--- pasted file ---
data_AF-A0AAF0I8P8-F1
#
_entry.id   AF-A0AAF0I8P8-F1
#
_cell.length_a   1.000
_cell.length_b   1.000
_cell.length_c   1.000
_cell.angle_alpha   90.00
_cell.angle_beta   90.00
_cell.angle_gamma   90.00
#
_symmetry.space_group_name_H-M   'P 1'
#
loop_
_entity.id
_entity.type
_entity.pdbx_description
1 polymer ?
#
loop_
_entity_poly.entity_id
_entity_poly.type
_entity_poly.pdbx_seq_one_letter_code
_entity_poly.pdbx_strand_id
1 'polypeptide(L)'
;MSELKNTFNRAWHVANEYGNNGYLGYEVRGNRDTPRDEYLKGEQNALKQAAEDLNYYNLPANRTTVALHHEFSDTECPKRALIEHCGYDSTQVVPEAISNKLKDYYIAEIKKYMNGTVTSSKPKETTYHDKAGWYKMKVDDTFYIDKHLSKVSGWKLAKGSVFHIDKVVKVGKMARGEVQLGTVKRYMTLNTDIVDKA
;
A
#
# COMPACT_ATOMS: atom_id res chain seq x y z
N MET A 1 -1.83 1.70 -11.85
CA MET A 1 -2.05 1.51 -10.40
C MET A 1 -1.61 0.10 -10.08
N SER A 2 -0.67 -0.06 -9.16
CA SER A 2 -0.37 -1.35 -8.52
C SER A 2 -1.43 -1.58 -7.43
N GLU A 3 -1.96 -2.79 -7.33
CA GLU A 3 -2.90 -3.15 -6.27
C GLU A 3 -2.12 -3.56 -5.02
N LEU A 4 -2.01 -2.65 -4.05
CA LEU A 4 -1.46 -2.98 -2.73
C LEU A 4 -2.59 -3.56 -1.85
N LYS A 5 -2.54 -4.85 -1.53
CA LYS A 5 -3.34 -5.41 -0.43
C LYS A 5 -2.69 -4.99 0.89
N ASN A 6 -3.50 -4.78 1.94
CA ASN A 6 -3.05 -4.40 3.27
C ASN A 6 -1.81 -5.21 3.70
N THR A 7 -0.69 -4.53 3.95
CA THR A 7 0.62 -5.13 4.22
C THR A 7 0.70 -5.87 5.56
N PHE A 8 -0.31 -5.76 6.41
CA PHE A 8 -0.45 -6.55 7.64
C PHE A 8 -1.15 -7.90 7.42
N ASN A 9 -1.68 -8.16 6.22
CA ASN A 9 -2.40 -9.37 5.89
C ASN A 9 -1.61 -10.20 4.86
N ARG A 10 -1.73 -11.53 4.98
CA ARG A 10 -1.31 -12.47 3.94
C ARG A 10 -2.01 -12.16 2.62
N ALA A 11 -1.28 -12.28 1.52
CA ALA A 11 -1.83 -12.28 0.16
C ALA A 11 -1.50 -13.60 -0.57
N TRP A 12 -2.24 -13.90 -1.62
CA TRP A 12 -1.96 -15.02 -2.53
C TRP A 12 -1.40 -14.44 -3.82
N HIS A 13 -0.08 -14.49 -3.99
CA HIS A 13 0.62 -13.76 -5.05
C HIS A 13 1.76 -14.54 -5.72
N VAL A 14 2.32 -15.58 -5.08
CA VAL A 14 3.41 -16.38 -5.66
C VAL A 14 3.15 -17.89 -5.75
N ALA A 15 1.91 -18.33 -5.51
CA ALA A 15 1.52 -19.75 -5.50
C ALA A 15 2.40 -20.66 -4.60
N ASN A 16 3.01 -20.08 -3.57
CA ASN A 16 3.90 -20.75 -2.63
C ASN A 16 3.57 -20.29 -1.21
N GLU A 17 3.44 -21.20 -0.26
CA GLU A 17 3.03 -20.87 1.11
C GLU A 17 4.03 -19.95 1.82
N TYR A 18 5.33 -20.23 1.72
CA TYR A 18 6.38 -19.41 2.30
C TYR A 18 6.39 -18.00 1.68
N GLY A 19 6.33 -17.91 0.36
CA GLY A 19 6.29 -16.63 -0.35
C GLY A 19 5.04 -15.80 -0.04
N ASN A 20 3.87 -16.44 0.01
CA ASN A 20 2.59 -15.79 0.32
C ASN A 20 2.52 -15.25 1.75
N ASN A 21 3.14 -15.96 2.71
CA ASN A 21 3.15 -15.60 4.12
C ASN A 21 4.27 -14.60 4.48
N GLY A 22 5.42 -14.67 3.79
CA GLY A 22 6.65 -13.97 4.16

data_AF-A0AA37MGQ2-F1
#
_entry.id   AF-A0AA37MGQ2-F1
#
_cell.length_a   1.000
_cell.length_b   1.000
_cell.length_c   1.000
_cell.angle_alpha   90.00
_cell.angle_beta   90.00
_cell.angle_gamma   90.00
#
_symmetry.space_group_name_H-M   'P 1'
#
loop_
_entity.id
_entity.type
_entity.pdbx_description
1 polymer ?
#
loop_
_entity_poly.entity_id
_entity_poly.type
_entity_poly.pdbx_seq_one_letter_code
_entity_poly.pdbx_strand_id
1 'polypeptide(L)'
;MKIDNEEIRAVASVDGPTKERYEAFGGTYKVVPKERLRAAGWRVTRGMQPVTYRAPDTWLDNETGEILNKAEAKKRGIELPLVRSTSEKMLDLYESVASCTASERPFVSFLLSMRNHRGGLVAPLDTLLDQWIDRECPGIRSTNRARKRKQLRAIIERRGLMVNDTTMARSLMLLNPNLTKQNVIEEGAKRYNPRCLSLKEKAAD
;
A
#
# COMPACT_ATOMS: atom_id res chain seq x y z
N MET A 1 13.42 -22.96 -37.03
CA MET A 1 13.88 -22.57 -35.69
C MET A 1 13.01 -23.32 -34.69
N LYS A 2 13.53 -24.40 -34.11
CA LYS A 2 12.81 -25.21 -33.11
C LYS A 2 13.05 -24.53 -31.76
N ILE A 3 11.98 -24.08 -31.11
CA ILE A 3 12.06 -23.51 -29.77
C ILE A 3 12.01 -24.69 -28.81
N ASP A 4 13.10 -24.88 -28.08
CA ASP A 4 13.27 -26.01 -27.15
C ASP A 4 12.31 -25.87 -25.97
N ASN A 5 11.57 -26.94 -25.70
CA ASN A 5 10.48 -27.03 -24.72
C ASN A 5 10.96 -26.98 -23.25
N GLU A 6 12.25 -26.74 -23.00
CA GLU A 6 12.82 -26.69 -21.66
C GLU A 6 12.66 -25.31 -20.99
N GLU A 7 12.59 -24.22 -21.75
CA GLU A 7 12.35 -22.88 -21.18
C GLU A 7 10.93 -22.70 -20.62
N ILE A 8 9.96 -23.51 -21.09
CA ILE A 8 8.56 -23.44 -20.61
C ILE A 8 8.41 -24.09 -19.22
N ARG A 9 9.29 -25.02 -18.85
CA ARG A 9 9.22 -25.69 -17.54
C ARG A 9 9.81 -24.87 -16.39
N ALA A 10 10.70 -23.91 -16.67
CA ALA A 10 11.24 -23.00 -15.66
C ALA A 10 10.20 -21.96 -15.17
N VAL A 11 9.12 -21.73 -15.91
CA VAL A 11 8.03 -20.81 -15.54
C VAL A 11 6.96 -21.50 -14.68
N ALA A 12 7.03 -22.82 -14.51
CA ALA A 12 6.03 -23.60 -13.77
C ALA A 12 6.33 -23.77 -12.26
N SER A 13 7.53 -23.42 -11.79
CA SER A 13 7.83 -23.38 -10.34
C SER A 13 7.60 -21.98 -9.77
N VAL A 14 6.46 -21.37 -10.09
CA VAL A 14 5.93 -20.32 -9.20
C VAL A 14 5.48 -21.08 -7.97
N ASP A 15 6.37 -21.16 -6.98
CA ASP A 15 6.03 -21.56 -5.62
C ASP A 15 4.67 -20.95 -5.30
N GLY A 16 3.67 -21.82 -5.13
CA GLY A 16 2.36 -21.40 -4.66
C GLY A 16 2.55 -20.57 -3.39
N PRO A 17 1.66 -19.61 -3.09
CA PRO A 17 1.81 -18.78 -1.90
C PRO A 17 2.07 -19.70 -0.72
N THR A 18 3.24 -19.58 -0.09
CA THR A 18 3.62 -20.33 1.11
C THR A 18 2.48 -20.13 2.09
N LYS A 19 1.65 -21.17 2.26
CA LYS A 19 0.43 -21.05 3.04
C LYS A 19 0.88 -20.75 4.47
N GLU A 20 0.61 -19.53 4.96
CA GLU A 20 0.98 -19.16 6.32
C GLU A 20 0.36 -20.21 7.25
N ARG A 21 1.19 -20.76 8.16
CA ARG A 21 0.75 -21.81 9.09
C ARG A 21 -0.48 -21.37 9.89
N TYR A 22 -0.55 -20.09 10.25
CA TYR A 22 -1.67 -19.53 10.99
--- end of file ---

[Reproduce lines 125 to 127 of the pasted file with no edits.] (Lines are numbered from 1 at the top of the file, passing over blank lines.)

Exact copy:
# COMPACT_ATOMS: atom_id res chain seq x y z
N MET A 1 13.42 -22.96 -37.03
CA MET A 1 13.88 -22.57 -35.69